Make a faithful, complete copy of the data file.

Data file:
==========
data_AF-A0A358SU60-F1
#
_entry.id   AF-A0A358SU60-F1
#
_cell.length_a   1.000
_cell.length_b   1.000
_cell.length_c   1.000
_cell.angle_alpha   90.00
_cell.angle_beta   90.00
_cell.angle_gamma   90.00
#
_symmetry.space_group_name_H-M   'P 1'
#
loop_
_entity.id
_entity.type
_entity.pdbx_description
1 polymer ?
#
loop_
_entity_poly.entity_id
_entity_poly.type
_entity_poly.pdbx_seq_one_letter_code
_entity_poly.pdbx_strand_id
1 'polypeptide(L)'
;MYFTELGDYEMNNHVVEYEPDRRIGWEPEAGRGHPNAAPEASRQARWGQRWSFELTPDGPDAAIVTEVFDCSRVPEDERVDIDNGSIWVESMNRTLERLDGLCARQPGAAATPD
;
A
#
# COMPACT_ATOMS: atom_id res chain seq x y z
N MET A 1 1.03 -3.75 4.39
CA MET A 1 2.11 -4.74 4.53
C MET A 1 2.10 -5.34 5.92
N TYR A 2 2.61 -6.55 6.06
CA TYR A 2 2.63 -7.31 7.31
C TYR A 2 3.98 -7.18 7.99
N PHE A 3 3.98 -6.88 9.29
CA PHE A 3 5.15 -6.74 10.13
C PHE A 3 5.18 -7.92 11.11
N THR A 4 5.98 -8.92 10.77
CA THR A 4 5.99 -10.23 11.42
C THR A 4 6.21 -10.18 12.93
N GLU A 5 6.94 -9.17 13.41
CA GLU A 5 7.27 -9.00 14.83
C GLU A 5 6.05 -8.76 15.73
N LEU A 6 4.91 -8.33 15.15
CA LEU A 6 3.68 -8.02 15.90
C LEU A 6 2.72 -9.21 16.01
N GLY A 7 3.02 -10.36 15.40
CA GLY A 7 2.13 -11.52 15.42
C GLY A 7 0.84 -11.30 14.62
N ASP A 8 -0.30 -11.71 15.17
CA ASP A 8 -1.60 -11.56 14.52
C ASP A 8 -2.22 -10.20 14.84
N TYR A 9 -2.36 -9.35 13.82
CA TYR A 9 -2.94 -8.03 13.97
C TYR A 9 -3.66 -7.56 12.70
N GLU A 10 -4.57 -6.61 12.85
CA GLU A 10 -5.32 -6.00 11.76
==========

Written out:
data_AF-A0A358SU60-F1
#
_entry.id   AF-A0A358SU60-F1
#
_cell.length_a   1.000
_cell.length_b   1.000
_cell.length_c   1.000
_cell.angle_alpha   90.00
_cell.angle_beta   90.00
_cell.angle_gamma   90.00
#
_symmetry.space_group_name_H-M   'P 1'
#
loop_
_entity.id
_entity.type
_entity.pdbx_description
1 polymer ?
#
loop_
_entity_poly.entity_id
_entity_poly.type
_entity_poly.pdbx_seq_one_letter_code
_entity_poly.pdbx_strand_id
1 'polypeptide(L)'
;MYFTELGDYEMNNHVVEYEPDRRIGWEPEAGRGHPNAAPEASRQARWGQRWSFELTPDGPDAAIVTEVFDCSRVPEDERVDIDNGSIWVESMNRTLERLDGLCARQPGAAATPD
;
A
#
# COMPACT_ATOMS: atom_id res chain seq x y z
N MET A 1 1.03 -3.75 4.39
CA MET A 1 2.11 -4.74 4.53
C MET A 1 2.10 -5.34 5.92
N TYR A 2 2.61 -6.55 6.06
CA TYR A 2 2.63 -7.31 7.31
C TYR A 2 3.98 -7.18 7.99
N PHE A 3 3.98 -6.88 9.29
CA PHE A 3 5.15 -6.74 10.13
C PHE A 3 5.18 -7.92 11.11
N THR A 4 5.98 -8.92 10.77
CA THR A 4 5.99 -10.23 11.42
C THR A 4 6.21 -10.18 12.93
N GLU A 5 6.94 -9.17 13.41
CA GLU A 5 7.27 -9.00 14.83
C GLU A 5 6.05 -8.76 15.73
N LEU A 6 4.91 -8.33 15.15
CA LEU A 6 3.68 -8.02 15.90
C LEU A 6 2.72 -9.21 16.01
N GLY A 7 3.02 -10.36 15.40
CA GLY A 7 2.13 -11.52 15.42
C GLY A 7 0.84 -11.30 14.62
N ASP A 8 -0.30 -11.71 15.17
CA ASP A 8 -1.60 -11.56 14.52
C ASP A 8 -2.22 -10.20 14.84
N TYR A 9 -2.36 -9.35 13.82
CA TYR A 9 -2.94 -8.03 13.97
C TYR A 9 -3.66 -7.56 12.70
N GLU A 10 -4.57 -6.61 12.85
CA GLU A 10 -5.32 -6.00 11.76